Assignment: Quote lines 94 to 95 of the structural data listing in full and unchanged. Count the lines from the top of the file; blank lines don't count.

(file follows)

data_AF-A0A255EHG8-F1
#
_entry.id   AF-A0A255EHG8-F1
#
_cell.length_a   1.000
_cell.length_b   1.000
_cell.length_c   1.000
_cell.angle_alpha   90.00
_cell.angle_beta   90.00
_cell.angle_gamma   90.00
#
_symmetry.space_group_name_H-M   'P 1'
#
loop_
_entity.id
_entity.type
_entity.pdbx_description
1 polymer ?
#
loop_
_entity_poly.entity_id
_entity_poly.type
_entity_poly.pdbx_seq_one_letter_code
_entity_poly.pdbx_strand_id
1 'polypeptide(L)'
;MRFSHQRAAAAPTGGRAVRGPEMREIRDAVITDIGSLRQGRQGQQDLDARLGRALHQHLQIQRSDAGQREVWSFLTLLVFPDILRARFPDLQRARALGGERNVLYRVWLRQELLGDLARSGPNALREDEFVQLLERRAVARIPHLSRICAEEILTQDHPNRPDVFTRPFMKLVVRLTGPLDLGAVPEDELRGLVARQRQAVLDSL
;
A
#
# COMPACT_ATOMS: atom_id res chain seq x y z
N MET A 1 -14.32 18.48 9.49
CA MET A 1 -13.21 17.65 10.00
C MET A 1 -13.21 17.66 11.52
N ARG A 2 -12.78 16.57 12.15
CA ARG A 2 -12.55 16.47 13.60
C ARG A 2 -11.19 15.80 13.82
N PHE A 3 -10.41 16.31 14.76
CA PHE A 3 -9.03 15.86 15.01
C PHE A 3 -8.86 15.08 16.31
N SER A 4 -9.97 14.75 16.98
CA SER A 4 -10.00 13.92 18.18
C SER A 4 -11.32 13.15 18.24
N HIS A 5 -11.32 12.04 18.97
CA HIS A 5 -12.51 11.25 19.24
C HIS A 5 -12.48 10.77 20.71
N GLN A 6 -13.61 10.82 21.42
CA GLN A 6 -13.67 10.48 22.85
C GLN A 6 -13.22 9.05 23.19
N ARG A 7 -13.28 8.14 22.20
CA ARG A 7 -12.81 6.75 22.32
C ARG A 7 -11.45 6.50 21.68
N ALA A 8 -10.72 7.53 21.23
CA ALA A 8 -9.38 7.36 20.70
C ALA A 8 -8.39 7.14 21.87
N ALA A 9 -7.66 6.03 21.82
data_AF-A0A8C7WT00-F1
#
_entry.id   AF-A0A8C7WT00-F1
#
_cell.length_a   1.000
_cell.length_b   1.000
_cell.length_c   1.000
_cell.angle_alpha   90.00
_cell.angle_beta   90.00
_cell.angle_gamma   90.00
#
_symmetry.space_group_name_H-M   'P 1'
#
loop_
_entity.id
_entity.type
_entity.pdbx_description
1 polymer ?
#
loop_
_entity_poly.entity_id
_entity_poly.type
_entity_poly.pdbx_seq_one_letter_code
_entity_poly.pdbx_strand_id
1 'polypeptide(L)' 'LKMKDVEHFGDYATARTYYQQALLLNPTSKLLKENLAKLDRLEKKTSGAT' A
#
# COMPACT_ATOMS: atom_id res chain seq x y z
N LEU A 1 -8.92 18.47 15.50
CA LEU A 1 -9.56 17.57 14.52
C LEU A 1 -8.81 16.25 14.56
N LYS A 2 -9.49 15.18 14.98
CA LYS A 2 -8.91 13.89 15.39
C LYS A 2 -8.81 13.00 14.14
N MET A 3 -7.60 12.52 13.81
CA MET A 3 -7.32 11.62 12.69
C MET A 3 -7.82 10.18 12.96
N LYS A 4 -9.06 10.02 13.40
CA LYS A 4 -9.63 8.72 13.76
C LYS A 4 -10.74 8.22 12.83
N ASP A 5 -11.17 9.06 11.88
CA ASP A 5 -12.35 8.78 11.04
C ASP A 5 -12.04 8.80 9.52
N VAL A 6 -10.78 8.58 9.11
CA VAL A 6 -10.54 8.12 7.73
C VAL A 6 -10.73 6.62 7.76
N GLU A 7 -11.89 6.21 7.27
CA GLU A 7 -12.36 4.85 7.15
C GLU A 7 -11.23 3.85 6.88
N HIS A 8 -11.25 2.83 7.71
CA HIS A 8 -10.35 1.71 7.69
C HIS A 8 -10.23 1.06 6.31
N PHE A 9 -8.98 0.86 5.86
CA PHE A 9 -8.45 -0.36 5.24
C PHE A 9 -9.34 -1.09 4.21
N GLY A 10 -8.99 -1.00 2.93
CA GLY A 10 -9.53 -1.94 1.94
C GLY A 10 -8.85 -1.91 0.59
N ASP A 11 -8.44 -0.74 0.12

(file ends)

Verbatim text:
C LYS A 4 -10.74 8.22 12.83
N ASP A 5 -11.17 9.06 11.88